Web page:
HOULT: There were kind of rumors about it through the end of last year. I think they’d been working on the script for a while, but it’s always one of those things, you’re never quite sure, and then we were starting to finish up filming Mad Max and it all started to roll together. We stayed mates with quite a few of the cast, so we started to hear from them snippets of what might be happening. I didn’t read the script, it was kept really top secret, until like maybe a month before we started shooting. But I had already spoken to Bryan, because we were obviously doing press for Jack the Giant Slayer at the same time, so I had managed to get little bits of information from him about the time displacement and things in this story.
Is there a particular scene that you were most excited about shooting?
HOULT: You know what, my first couple of days on set- when we did First Class it was pretty much a completely new cast and story and a whole new set up, but when I was 11 I remember seeing the first X-Men movie, and I grew up with them, so the chance to be in one with the old cast and have some scenes with Hugh playing Wolverine. I remember the first day of shooting with him, I remember walking along and looking across at him and being like, “That’s Wolverine”-who we’ve now nicknamed “Wolfie”. That’s the strangest thing, doing a scene and then going to have a pee and he pulls up at your arm and you’re like, “Wolverine, cool.” So that was a big thing for me just because it suddenly felt very real like a proper X-Men movie in a way.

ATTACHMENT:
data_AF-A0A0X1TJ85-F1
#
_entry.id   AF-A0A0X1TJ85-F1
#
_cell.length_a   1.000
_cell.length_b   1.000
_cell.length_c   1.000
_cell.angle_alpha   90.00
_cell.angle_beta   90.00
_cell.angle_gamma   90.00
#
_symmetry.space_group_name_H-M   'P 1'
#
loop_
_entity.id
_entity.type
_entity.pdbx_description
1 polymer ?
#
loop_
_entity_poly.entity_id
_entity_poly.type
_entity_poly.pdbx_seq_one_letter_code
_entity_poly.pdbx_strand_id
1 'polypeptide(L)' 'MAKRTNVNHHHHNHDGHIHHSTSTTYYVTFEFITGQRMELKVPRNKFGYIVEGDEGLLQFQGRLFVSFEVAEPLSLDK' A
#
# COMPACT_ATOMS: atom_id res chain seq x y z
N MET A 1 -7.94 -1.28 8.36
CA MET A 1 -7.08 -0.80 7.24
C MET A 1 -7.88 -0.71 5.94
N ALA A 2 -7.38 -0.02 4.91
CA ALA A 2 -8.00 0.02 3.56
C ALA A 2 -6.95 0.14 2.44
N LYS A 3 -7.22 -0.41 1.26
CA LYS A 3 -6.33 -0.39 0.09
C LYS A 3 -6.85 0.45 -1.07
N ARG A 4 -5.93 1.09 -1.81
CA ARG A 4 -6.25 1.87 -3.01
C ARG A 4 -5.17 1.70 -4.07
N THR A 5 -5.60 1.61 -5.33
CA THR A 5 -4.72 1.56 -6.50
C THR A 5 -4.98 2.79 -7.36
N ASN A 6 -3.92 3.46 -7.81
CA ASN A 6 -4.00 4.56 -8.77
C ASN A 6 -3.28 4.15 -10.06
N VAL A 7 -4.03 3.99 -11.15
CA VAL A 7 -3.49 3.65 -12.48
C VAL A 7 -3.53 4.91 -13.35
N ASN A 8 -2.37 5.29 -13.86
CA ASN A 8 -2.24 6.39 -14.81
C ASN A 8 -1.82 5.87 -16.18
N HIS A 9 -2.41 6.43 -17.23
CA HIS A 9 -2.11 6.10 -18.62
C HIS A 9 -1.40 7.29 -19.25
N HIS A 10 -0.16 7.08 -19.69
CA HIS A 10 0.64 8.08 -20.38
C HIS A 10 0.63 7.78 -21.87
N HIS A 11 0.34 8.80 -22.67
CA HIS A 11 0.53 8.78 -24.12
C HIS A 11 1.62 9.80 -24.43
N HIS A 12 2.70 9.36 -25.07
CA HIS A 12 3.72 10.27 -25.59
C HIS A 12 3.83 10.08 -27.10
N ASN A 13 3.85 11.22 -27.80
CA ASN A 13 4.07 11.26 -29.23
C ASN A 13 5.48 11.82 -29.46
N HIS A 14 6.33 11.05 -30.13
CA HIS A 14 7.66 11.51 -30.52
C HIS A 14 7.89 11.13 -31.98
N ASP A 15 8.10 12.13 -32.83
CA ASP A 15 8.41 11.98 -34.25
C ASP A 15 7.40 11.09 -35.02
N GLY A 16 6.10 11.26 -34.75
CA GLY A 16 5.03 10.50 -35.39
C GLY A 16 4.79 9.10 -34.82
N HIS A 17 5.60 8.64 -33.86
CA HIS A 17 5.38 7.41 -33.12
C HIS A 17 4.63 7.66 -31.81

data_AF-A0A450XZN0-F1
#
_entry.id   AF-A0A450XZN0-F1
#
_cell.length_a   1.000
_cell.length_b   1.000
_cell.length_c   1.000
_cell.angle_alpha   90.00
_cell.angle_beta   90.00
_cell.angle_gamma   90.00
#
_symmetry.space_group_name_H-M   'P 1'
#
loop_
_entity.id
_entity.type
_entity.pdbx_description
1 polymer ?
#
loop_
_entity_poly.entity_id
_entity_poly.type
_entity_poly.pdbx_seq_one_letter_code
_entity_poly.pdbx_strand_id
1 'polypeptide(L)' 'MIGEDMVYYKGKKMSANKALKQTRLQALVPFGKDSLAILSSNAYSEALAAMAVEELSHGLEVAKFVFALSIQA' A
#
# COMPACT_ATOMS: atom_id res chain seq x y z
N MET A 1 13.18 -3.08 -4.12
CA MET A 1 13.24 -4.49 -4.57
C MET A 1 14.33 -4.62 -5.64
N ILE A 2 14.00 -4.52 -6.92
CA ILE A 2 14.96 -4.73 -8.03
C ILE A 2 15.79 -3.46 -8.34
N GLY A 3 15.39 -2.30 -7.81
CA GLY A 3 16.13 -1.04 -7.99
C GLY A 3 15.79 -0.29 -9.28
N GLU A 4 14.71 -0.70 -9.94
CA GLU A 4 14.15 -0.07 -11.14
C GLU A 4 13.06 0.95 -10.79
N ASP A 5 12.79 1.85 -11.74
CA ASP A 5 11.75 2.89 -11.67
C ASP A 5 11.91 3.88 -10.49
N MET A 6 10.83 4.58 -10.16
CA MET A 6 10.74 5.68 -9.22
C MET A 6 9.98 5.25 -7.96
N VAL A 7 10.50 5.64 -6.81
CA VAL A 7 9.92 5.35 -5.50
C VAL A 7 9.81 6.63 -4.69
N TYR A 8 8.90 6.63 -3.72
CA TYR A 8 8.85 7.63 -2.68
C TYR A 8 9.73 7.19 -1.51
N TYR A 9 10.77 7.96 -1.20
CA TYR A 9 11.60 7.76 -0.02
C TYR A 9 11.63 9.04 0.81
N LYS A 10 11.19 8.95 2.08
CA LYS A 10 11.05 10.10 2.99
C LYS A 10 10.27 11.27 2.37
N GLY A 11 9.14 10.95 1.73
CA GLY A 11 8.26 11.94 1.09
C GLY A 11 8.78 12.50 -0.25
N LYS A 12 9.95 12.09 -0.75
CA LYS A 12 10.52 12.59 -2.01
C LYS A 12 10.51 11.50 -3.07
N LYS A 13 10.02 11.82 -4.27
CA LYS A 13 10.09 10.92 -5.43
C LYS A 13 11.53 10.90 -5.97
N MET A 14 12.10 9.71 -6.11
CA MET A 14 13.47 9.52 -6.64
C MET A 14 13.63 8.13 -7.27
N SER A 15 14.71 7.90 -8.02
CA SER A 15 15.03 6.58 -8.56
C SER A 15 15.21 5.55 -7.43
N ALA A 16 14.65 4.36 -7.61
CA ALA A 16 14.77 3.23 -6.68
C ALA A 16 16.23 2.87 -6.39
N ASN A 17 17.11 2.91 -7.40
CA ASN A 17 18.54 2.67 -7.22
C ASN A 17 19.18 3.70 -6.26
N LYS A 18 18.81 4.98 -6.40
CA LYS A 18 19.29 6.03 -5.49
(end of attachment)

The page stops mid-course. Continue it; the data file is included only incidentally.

As a fan, the fact that Patrick Stewart and Ian McKellen are in the movie- I don’t know if you have scenes with them, I’m going to take a stab that you might not. Even if you didn’t have a scene with them, were those the kind of people that you want to come to set just to watch them work?
HOULT: Yeah, obviously I’ve been very fortunate that I’ve seen both those guys on stage in London a couple of times, and to see the relationship that they’ve developed throughout these films and and throughout just their life and working together so much is just amazing to watch. I think there’s also something really cool between McAvoy and Fassbender. You can kind of see their relationship going and they mirror the same kind of thing really well. Watching anyone in this film- it’s one of the best casts you could ever really put together, I think, from my opinion, so to watch any scenes and see how they work, and I get some nice stuff with Hugh and James so just to watch those guys work together and develop stuff is just a treat and I’m hopefully learning a lot from it.
Can you talk about the differences in approach as far as working with Bryan as a director on this and going back to the same character under a different director? Has his influence changed your approach to Beast at all?